On October 8, President Donald Trump released a video of himself standing on the White House lawn addressing senior citizens vulnerable to the coronavirus.
Just as they had done over the past week since Trump was diagnosed with COVID-19, media and Trump critics rushed to claim the video was actually filmed in front of a green screen because Trump is sicker than he appears. The New York Times even published an article promoting the conspiracy theory, which my former Washington Examiner colleague Becket Adams called “a deranged, easily debunked rumor.”
The Times article, written by Peter Baker and Maggie Haberman with help from four additional reporters, originally claimed:
In the video, Mr. Trump was shown on the South Lawn of the White House hundreds of feet away from the mansion, but it appeared to be a digital backdrop as leaves blowing in the wind behind him could be seen repeating on a loop. Judd Deere, a White House spokesman, insisted that ‘he was definitely outside.’ Mr. Trump has not appeared before news cameras since his return from Walter Reed on Monday evening.
Two hours later, the paragraph disappeared, according to the website NewsDiffs, which tracks edits made to news articles.
Washington Examiner video editor Siraj Hashmi told Adams that people who know about audio and video understood the video was not fake.
“It’s not a video loop or green screen,” Hashmi said, “it’s from lossy video compression. Basically, each individual frame got a bit distorted, and so the frames sorta bleed together.”
Buzzfeed News thoroughly debunked the conspiracy peddled by the Times and other reporters, which wrote: “The video is real and Trump is indeed standing outside on his own, the White House told BuzzFeed News.”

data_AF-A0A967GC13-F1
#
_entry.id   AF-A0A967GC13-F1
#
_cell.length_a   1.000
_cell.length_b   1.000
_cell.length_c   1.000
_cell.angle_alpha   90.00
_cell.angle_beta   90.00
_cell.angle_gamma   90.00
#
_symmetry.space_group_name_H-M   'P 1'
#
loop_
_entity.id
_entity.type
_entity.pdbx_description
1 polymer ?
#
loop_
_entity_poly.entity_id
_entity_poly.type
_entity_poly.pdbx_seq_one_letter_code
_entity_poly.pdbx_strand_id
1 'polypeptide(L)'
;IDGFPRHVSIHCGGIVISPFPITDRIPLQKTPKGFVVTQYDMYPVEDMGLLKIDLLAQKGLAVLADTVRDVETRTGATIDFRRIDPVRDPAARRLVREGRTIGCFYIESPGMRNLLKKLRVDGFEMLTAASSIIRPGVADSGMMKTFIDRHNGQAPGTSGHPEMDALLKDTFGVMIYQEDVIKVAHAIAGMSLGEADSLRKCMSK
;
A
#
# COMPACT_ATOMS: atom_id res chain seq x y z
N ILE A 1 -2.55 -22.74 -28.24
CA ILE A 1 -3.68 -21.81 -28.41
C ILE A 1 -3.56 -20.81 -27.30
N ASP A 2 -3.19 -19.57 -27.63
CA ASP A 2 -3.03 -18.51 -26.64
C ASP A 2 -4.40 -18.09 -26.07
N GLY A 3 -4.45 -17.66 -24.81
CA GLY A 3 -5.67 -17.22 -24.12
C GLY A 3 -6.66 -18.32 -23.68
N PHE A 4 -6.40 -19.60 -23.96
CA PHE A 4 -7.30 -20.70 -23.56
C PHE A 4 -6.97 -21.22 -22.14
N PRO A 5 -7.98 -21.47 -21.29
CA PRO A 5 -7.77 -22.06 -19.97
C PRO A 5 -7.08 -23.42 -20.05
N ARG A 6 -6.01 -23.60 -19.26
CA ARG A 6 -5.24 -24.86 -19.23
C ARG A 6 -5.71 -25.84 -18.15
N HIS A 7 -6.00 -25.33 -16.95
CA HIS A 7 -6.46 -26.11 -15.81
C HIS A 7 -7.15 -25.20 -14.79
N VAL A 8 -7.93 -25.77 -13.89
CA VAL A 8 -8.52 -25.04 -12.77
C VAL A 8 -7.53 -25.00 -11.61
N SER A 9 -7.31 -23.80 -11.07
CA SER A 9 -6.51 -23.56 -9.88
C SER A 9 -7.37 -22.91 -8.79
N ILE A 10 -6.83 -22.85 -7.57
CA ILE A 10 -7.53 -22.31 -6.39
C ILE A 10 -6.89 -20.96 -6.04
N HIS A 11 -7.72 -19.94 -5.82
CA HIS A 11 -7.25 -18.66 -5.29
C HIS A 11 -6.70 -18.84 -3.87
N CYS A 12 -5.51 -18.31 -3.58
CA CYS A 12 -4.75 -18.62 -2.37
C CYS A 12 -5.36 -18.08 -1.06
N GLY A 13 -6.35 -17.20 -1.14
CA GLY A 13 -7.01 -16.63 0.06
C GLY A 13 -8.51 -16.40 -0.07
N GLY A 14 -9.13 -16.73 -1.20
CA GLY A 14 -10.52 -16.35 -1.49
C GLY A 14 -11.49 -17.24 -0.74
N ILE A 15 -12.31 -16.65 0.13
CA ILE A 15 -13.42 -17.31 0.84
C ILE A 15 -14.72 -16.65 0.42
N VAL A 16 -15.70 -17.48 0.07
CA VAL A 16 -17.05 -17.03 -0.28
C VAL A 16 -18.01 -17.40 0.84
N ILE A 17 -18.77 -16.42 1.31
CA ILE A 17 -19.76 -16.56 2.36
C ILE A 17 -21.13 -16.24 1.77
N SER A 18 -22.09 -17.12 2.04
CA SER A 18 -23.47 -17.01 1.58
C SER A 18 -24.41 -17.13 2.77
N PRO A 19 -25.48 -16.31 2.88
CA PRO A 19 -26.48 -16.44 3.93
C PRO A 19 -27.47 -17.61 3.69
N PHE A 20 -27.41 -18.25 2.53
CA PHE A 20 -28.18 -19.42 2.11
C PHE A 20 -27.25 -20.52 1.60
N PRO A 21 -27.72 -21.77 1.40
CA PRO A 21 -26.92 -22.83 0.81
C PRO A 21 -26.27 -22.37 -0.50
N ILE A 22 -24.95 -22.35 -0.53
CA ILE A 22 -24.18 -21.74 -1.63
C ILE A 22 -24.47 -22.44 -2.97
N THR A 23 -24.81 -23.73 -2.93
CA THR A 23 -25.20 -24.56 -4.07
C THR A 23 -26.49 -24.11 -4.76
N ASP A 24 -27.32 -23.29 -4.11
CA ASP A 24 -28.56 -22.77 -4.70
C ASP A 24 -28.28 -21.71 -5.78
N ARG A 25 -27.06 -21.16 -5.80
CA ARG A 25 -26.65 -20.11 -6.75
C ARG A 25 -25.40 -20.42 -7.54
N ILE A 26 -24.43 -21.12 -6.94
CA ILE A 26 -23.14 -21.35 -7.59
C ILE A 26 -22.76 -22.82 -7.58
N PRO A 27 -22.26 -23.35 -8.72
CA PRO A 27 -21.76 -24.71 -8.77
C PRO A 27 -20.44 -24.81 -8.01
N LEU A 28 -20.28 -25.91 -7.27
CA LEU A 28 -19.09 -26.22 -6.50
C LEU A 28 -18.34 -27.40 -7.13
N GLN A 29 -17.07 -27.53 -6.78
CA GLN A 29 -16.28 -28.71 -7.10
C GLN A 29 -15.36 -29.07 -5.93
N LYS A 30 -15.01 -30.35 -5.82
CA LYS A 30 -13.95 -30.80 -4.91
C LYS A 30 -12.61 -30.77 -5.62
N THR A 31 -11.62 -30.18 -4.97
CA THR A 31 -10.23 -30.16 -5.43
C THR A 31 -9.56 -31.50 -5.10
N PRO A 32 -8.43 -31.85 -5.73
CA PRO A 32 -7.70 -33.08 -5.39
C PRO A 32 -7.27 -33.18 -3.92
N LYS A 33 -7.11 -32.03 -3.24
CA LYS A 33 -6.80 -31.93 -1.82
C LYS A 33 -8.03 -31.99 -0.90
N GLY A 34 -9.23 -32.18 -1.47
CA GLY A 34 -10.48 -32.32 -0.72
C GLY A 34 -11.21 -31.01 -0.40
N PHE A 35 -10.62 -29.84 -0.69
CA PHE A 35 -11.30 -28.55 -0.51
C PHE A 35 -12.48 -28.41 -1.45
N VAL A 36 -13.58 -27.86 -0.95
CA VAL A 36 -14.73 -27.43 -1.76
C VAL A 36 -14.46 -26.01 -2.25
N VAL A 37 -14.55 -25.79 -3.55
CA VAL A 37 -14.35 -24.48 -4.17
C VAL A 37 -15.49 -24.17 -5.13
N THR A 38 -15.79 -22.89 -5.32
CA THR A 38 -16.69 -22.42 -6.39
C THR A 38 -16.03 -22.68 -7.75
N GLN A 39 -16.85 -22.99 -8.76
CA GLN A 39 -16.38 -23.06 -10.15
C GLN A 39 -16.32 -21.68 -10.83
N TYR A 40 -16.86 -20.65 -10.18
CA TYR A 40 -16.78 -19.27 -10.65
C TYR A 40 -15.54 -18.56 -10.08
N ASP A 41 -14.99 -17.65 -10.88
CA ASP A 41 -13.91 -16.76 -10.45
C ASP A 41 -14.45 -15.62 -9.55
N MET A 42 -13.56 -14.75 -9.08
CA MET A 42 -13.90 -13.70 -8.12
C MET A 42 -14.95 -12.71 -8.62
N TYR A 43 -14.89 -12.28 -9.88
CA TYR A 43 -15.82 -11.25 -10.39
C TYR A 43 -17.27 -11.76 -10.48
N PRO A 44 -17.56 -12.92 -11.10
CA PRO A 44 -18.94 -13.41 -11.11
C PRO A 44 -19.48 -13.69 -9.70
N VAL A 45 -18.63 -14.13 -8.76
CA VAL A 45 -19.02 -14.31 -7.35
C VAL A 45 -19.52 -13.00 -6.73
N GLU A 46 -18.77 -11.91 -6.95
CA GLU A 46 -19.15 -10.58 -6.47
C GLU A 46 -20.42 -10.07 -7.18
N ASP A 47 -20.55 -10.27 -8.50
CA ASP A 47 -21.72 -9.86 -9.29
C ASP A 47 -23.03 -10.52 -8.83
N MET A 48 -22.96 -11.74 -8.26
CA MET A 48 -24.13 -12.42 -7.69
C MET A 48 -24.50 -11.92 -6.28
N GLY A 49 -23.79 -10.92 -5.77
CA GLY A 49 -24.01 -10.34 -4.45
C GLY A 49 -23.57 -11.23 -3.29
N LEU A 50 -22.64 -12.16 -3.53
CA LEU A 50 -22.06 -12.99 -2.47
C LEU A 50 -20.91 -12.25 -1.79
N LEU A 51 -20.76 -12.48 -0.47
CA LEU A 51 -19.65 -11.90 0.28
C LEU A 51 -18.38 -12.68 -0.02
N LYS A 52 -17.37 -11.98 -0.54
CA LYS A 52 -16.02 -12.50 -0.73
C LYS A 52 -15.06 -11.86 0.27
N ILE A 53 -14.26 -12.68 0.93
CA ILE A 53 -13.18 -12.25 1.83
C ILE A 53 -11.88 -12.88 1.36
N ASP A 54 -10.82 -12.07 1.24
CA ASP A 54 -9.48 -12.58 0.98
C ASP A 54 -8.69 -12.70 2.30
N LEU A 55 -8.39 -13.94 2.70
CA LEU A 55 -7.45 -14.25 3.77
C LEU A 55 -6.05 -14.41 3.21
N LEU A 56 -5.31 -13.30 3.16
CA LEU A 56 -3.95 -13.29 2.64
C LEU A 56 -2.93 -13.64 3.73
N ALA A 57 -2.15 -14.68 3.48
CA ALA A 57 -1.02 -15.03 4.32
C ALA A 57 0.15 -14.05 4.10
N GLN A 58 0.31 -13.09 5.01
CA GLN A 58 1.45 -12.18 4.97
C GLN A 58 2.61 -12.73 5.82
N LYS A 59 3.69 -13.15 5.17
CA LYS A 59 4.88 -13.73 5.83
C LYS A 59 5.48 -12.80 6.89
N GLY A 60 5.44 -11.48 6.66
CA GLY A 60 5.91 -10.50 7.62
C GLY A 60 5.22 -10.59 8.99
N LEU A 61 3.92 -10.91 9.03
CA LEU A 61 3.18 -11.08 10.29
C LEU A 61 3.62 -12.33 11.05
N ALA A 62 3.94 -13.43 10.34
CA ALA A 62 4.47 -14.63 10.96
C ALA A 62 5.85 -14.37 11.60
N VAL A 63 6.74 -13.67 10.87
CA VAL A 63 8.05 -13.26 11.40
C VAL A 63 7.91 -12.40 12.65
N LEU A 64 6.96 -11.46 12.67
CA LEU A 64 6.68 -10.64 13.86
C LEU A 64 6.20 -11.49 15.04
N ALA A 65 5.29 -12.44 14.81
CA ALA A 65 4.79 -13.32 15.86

“Green screen truthers pointed to the way that the trees behind him moved as evidence of some sort of Weekend at Bernie’s shenanigans. Instead of smooth, natural movement, the leaves of the trees appear to briefly stop on occasion as though they were part of a video loop. Suspicious!” the outlet reported. “But video experts told BuzzFeed News that while the trees behind Trump might appear to be part of a video loop, they probably aren’t.”
“Most compression standards employ ‘predicted’ frames that use the content and motion from previous frames to encode the data on subsequent frames,” explained Hany Farid, professor of digital forensics, image analysis, and human perception at the University of California-Berkeley. “This saves quite a bit of file/transfer size because not all of the data has to be encoded. At the same time, these predicted frames tend to be of lower quality because the prediction is not perfect. As such, most compression standards interlace the predicted frames with higher-quality non-predicted frames. This creates occasional perceptual ‘skips’ as frames of varying quality are displayed.”
As I previously wrote, the media spent Trump’s COVID-19 diagnosis pushing conspiracy theories and trying to claim that Trump was much sicker than he appeared. Even though people could clearly see Trump walking and talking easily, the media tried to claim that Trump had a severe case of COVID-19. In addition, they painted a regularly prescribed corticosteroid as dangerous or experimental, which it is not.
This wasn’t even the first digital conspiracy theory pushed by the media regarding Trump’s diagnosis. Jon Ostrower, Editor-In-Chief The Air Current, tried to claim two photos of Trump working at Walter Reed were taken 10 minutes apart, suggesting they were staged or fake. Journalist Tim Pool spent the day trying to correct the conspiracy theory, pointing out that the times Ostrower was referring to was not when the photos were taken, but when they were rendered.
“This should be remarkably embarrassing for a member of the media to f*** up Journalists don’t even understand something as basic as compression Nearly 30k rt’s The exif data shows the time when the photo was rendered by the photog,” Pool tweeted.
The Daily Wire is one of America’s fastest-growing conservative media companies and counter-cultural outlets for news, opinion, and entertainment. Get inside access to The Daily Wire by becoming a member.